The student spends 160 hours working with a veterinarian for one summer term. The student will have the opportunity to function as a member of the veterinary staff. The student will be able to apply techniques learned in the classroom.
The students will study theory and practice the laboratory techniques for complete blood and urine analysis, vaginal cytology, analyses of transudate and exudate as related to clinical veterinary medicine.
The students will study the care, handling and disease prevention of farm animals. They will practice restraint and medication techniques. Interstate regulations and shipping documents will be reviewed. The common domestic breeds of the cow, horse, pig, sheep, and goat will be studied. Several field trips will be included.
The students will study the care, handling and restraint of common laboratory animals. The taxonomy of vertebrate animals is reviewed. Exotics, birds, reptiles, and wildlife will also be covered. Successful completion and six months clinical experience will prepare the student to take the ALAT certification examination by the AALAS.
This is an introductory course open to Veterinary Technology and Pre-veterinary Technology students, providing identification and function of nutrients, understanding pet food labels, and applications for wellness, life stage and therapeutic nutrition (prescription foods) for dogs and cats.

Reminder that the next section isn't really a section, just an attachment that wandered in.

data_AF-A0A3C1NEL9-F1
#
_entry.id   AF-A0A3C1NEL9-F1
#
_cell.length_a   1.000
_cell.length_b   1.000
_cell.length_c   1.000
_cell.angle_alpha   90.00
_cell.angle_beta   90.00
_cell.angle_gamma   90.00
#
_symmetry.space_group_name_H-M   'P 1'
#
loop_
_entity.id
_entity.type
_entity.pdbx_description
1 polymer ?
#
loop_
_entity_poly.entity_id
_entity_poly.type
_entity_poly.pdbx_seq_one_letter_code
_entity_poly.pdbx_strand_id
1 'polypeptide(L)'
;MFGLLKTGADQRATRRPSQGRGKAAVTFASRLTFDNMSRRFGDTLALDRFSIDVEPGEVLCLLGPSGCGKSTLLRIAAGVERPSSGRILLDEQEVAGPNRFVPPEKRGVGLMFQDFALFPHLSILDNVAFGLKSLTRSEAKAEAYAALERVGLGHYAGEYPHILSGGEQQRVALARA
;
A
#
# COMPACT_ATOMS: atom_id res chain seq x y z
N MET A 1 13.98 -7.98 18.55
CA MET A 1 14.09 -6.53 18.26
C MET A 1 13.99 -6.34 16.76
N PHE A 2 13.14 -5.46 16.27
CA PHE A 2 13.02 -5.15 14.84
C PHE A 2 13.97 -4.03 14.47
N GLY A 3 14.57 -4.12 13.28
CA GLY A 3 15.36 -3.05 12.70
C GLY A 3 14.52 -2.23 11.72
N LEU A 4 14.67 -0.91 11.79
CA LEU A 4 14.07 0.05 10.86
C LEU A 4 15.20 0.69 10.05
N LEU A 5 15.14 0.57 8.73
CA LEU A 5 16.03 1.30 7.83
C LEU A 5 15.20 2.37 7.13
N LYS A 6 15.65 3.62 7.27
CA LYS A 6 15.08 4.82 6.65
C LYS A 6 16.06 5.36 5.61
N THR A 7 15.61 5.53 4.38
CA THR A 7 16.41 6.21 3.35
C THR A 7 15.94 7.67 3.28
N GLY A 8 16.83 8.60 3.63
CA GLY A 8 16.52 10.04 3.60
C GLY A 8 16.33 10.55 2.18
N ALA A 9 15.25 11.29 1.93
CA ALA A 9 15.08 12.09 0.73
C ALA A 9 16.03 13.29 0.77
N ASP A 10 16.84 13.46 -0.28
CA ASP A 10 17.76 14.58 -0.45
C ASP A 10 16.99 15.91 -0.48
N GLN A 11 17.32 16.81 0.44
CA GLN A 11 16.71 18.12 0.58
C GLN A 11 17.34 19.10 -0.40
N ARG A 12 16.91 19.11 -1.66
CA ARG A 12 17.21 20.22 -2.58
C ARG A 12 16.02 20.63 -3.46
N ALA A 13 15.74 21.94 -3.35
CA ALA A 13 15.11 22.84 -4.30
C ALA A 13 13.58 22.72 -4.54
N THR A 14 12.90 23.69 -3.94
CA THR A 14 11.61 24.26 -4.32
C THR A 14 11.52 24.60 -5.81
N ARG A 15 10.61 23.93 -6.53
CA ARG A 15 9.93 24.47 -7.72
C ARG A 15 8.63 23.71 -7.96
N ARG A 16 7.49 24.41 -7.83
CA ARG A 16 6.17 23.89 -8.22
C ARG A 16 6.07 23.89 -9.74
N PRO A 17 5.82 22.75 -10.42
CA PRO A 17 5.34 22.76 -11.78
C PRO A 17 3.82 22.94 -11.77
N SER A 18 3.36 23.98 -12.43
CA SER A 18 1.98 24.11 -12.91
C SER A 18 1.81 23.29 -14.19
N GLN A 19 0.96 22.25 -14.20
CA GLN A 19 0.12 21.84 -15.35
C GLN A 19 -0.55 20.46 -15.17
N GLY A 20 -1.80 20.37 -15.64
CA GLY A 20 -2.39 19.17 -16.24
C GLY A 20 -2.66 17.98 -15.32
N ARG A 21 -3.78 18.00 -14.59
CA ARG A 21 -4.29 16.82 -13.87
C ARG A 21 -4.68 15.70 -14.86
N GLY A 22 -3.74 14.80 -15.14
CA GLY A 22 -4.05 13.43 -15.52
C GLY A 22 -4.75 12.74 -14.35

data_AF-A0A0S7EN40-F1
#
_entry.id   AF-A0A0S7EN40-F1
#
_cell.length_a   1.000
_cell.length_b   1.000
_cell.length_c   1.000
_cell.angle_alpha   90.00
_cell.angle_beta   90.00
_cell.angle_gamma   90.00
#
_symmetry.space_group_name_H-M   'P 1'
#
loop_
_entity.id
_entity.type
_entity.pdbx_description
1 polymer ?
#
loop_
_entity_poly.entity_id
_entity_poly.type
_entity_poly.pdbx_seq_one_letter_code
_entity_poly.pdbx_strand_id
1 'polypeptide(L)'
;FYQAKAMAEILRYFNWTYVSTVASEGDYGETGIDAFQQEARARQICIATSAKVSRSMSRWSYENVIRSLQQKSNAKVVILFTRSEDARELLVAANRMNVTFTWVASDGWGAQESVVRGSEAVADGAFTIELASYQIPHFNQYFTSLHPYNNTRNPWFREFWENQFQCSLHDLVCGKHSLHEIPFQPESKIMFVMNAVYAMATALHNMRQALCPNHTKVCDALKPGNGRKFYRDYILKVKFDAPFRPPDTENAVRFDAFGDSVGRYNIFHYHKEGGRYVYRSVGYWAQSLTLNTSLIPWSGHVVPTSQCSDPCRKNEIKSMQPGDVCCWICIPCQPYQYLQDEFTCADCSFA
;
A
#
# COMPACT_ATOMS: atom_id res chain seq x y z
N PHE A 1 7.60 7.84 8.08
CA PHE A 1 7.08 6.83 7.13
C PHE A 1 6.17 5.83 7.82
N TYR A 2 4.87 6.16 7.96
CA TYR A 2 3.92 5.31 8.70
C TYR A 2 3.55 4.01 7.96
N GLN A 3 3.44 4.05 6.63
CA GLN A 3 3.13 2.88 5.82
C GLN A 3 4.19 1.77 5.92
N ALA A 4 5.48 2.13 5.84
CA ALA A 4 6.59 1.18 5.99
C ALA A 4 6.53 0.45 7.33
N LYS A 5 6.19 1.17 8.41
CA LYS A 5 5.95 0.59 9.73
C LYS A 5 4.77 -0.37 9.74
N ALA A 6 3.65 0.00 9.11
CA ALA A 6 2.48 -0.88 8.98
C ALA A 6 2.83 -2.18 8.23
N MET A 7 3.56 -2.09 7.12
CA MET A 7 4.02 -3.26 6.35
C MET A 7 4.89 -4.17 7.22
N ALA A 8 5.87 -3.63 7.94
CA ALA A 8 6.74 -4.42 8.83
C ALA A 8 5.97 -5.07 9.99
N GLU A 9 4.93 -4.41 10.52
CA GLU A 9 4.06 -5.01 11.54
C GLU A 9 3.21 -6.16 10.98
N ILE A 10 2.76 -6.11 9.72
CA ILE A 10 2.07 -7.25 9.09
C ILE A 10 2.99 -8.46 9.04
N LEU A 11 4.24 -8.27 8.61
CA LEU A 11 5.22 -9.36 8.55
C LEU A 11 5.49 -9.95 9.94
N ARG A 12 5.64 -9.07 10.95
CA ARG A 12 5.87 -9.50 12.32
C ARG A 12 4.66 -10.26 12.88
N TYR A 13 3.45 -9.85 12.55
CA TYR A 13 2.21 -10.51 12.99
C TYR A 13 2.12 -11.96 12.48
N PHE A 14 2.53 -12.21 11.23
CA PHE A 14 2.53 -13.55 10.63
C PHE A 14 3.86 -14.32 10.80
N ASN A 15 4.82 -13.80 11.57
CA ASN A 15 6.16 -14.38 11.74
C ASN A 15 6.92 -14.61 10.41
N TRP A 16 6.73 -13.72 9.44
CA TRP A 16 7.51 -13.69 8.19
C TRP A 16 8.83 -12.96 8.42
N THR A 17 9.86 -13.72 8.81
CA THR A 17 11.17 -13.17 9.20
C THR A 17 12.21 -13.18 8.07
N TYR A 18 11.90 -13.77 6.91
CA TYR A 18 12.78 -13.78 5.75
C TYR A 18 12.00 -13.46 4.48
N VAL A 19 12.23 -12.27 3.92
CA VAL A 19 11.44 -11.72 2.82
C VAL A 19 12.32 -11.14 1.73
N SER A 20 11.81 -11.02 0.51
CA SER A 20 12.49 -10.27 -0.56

This course will cover all aspects of pleasure horse care and handling. Students will form an appreciation of the complexities of horse ownership, and the responsibilities of maintaining a healthy animal. Topics will include an overview of common breeds, nutrition, transport, health and care issues, and breeding.
This course is a study of a variety of exotic animal species seen in veterinary medicine. The suitability, care, handling, restraint and medical treatment of common exotic animals will be presented. Topics include selection criteria, health issues, nutrition and husbandry.
This course will introduce the veterinary student to the clinical anatomy (structure) of multiple mammalian species (concentrating on dogs and cats, but including other species) along with a detailed discussion of the physiology (function) of all the body systems that contribute to the maintenance of a viable organism (maintenance of homeostasis). Limited discussion will center on classic pathophysiology’s (disease states) with clinical examples.
The life cycle, pathologies and management control techniques of the parasites of the common domestic animals will be studied. The laboratory techniques for diagnosing these parasites will be practiced.
Drug laws and regulations are reviewed. The principles, simplified chemistry, and basic concepts of pharmacology are covered. The more common drugs and their variations among species are presented. A survey of the biochemistry of metabolism and the role of nutrition in disease treatment is covered.